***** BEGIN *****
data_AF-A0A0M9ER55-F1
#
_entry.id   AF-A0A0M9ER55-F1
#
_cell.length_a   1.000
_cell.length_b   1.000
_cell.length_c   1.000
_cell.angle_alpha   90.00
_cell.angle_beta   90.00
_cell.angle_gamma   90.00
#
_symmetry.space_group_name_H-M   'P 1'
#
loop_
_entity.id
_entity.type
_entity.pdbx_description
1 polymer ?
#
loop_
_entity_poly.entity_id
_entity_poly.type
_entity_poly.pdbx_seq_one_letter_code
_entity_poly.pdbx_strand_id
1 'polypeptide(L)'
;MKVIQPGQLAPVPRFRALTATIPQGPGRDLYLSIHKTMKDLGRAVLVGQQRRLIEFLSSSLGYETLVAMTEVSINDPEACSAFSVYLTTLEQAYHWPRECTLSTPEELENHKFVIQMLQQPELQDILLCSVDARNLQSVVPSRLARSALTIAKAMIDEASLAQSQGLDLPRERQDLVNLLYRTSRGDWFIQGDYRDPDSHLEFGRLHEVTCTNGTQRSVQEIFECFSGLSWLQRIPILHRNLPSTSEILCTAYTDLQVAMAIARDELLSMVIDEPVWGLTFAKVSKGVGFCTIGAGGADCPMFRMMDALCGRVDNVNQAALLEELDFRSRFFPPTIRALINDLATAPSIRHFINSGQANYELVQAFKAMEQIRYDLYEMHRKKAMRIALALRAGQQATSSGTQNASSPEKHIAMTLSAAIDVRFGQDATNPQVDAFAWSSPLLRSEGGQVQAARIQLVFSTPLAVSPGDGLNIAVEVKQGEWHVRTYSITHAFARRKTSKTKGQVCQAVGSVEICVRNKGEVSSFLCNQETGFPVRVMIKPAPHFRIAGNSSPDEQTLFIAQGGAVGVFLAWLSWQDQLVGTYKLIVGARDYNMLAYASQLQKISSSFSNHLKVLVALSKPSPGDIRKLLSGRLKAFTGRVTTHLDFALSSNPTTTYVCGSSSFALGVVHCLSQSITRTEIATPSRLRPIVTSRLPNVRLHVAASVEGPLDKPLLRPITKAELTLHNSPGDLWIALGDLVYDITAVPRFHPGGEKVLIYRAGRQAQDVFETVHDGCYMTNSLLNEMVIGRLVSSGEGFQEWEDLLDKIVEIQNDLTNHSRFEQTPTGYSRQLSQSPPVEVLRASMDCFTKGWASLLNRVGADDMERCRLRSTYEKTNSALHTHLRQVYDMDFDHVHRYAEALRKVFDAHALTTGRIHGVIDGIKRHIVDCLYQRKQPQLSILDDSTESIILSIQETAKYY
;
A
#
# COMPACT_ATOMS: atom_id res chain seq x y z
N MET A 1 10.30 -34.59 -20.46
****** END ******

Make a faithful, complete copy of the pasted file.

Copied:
data_AF-A0A0M9ER55-F1
#
_entry.id   AF-A0A0M9ER55-F1
#
_cell.length_a   1.000
_cell.length_b   1.000
_cell.length_c   1.000
_cell.angle_alpha   90.00
_cell.angle_beta   90.00
_cell.angle_gamma   90.00
#
_symmetry.space_group_name_H-M   'P 1'
#
loop_
_entity.id
_entity.type
_entity.pdbx_description
1 polymer ?
#
loop_
_entity_poly.entity_id
_entity_poly.type
_entity_poly.pdbx_seq_one_letter_code
_entity_poly.pdbx_strand_id
1 'polypeptide(L)'
;MKVIQPGQLAPVPRFRALTATIPQGPGRDLYLSIHKTMKDLGRAVLVGQQRRLIEFLSSSLGYETLVAMTEVSINDPEACSAFSVYLTTLEQAYHWPRECTLSTPEELENHKFVIQMLQQPELQDILLCSVDARNLQSVVPSRLARSALTIAKAMIDEASLAQSQGLDLPRERQDLVNLLYRTSRGDWFIQGDYRDPDSHLEFGRLHEVTCTNGTQRSVQEIFECFSGLSWLQRIPILHRNLPSTSEILCTAYTDLQVAMAIARDELLSMVIDEPVWGLTFAKVSKGVGFCTIGAGGADCPMFRMMDALCGRVDNVNQAALLEELDFRSRFFPPTIRALINDLATAPSIRHFINSGQANYELVQAFKAMEQIRYDLYEMHRKKAMRIALALRAGQQATSSGTQNASSPEKHIAMTLSAAIDVRFGQDATNPQVDAFAWSSPLLRSEGGQVQAARIQLVFSTPLAVSPGDGLNIAVEVKQGEWHVRTYSITHAFARRKTSKTKGQVCQAVGSVEICVRNKGEVSSFLCNQETGFPVRVMIKPAPHFRIAGNSSPDEQTLFIAQGGAVGVFLAWLSWQDQLVGTYKLIVGARDYNMLAYASQLQKISSSFSNHLKVLVALSKPSPGDIRKLLSGRLKAFTGRVTTHLDFALSSNPTTTYVCGSSSFALGVVHCLSQSITRTEIATPSRLRPIVTSRLPNVRLHVAASVEGPLDKPLLRPITKAELTLHNSPGDLWIALGDLVYDITAVPRFHPGGEKVLIYRAGRQAQDVFETVHDGCYMTNSLLNEMVIGRLVSSGEGFQEWEDLLDKIVEIQNDLTNHSRFEQTPTGYSRQLSQSPPVEVLRASMDCFTKGWASLLNRVGADDMERCRLRSTYEKTNSALHTHLRQVYDMDFDHVHRYAEALRKVFDAHALTTGRIHGVIDGIKRHIVDCLYQRKQPQLSILDDSTESIILSIQETAKYY
;
A
#
# COMPACT_ATOMS: atom_id res chain seq x y z
N MET A 1 10.30 -34.59 -20.46